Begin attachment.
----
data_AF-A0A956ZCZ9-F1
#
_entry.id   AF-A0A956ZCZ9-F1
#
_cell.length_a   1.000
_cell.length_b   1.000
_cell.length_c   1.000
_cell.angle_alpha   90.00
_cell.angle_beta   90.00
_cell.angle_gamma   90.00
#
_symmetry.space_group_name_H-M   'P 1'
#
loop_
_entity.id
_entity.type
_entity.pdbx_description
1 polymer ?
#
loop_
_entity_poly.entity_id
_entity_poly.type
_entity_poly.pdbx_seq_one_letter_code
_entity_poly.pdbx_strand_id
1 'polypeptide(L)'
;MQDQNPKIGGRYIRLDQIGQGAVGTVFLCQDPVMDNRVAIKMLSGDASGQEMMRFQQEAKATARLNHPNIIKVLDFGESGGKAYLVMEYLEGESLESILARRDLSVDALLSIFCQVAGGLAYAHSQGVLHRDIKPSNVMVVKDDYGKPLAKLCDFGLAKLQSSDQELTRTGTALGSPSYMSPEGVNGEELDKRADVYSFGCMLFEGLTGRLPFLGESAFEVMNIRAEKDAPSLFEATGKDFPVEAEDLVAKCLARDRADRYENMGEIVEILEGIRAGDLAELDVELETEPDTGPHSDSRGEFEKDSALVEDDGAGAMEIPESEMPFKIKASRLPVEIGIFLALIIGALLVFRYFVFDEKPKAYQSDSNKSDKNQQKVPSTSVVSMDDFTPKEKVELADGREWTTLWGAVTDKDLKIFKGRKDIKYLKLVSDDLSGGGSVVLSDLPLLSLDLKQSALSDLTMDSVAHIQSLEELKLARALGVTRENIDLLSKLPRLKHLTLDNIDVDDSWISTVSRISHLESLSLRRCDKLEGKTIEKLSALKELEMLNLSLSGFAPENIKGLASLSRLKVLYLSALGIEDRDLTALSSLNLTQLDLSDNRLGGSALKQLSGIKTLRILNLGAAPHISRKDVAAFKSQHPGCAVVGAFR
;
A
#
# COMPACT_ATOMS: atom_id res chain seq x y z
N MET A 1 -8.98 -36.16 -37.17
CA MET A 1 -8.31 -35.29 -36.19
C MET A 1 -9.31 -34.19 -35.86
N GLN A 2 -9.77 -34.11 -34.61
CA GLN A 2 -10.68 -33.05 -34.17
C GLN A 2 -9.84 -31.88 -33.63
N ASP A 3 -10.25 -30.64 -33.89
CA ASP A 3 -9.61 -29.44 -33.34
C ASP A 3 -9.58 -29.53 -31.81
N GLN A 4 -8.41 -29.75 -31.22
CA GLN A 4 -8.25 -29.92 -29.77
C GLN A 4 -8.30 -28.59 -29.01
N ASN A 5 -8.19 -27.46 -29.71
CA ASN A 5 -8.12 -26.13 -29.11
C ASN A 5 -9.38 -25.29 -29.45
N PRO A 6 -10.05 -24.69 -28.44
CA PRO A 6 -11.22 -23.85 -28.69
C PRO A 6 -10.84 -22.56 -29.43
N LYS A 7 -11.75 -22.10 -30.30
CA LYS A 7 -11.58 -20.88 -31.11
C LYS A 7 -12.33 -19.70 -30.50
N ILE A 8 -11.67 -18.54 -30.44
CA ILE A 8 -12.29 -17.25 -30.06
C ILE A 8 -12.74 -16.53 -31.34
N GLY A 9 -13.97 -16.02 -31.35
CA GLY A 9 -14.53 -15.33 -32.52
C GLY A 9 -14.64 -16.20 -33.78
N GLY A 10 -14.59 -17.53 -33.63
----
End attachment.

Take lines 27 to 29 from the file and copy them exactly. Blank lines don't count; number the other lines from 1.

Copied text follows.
;
A
#